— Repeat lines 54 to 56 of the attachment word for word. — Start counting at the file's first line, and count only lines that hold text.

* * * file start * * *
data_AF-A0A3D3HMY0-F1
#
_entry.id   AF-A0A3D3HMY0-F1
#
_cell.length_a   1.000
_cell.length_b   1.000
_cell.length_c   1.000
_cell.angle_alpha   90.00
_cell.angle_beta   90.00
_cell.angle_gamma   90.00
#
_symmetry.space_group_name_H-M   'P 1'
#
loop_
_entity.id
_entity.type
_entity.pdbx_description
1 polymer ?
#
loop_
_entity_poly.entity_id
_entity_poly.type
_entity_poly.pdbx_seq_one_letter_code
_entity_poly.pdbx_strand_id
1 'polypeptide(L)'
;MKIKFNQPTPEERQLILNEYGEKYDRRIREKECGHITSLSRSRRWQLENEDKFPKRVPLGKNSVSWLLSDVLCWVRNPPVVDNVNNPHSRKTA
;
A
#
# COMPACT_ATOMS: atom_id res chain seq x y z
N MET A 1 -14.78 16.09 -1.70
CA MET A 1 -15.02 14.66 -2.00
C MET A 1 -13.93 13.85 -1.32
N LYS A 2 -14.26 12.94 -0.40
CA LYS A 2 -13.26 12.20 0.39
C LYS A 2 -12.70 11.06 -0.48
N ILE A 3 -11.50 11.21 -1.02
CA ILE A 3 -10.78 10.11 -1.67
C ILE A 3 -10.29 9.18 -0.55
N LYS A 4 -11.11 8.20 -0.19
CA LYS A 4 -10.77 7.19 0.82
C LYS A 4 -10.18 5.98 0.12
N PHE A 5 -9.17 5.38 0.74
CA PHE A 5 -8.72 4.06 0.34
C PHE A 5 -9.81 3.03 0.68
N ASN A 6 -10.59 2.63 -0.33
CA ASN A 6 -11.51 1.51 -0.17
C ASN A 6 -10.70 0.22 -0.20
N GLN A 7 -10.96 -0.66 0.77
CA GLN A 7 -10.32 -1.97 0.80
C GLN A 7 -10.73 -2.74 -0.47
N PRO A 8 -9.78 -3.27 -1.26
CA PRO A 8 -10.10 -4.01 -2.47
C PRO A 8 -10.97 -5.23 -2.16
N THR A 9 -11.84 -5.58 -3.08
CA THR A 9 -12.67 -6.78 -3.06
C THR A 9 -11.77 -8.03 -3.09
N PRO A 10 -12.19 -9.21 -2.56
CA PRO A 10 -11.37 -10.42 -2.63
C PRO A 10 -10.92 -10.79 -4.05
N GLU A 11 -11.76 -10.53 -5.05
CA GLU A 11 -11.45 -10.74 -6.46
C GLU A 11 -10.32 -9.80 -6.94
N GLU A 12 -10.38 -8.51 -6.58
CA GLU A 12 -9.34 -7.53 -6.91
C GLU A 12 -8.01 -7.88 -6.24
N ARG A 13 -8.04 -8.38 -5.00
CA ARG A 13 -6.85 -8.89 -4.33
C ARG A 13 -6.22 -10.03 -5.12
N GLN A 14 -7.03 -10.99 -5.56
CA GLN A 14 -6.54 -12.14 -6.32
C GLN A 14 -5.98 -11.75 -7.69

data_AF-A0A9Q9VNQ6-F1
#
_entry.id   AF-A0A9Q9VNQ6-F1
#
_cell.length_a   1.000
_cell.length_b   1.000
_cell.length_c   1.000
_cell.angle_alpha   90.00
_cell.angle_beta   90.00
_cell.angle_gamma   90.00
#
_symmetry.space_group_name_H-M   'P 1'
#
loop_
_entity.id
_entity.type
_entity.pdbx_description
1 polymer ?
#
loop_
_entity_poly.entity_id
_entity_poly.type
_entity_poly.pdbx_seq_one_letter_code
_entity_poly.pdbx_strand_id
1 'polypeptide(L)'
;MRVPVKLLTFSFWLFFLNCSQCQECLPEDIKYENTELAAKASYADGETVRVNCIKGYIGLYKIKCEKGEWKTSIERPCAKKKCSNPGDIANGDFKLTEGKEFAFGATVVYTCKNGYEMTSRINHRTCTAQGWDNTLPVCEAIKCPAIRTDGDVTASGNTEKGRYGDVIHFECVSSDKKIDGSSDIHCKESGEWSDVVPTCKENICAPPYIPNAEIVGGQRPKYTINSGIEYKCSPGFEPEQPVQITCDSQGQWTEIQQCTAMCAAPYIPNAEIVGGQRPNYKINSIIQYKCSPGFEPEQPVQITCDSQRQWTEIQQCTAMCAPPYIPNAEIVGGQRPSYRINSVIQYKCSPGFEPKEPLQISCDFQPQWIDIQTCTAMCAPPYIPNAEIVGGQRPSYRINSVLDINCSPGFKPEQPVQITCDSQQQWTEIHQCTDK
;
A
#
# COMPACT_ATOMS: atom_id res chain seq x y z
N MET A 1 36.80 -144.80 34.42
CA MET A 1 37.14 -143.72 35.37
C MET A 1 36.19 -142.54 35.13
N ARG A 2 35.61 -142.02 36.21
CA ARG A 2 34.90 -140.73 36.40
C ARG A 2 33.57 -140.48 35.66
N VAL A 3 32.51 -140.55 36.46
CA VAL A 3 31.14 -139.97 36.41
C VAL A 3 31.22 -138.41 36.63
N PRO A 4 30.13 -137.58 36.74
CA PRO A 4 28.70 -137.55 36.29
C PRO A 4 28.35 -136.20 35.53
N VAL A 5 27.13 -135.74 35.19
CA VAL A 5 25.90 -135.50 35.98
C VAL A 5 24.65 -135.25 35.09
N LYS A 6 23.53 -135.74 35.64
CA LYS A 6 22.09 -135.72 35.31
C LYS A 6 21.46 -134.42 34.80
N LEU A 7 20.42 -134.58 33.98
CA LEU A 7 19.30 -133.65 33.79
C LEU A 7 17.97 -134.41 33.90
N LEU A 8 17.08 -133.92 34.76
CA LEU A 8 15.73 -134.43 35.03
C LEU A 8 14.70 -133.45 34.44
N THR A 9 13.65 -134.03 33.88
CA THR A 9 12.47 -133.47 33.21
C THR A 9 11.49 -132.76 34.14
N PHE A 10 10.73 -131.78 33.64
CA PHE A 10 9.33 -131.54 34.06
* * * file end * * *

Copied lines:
C PRO A 8 -10.97 -5.23 -2.16
N THR A 9 -11.84 -5.58 -3.08
CA THR A 9 -12.67 -6.78 -3.06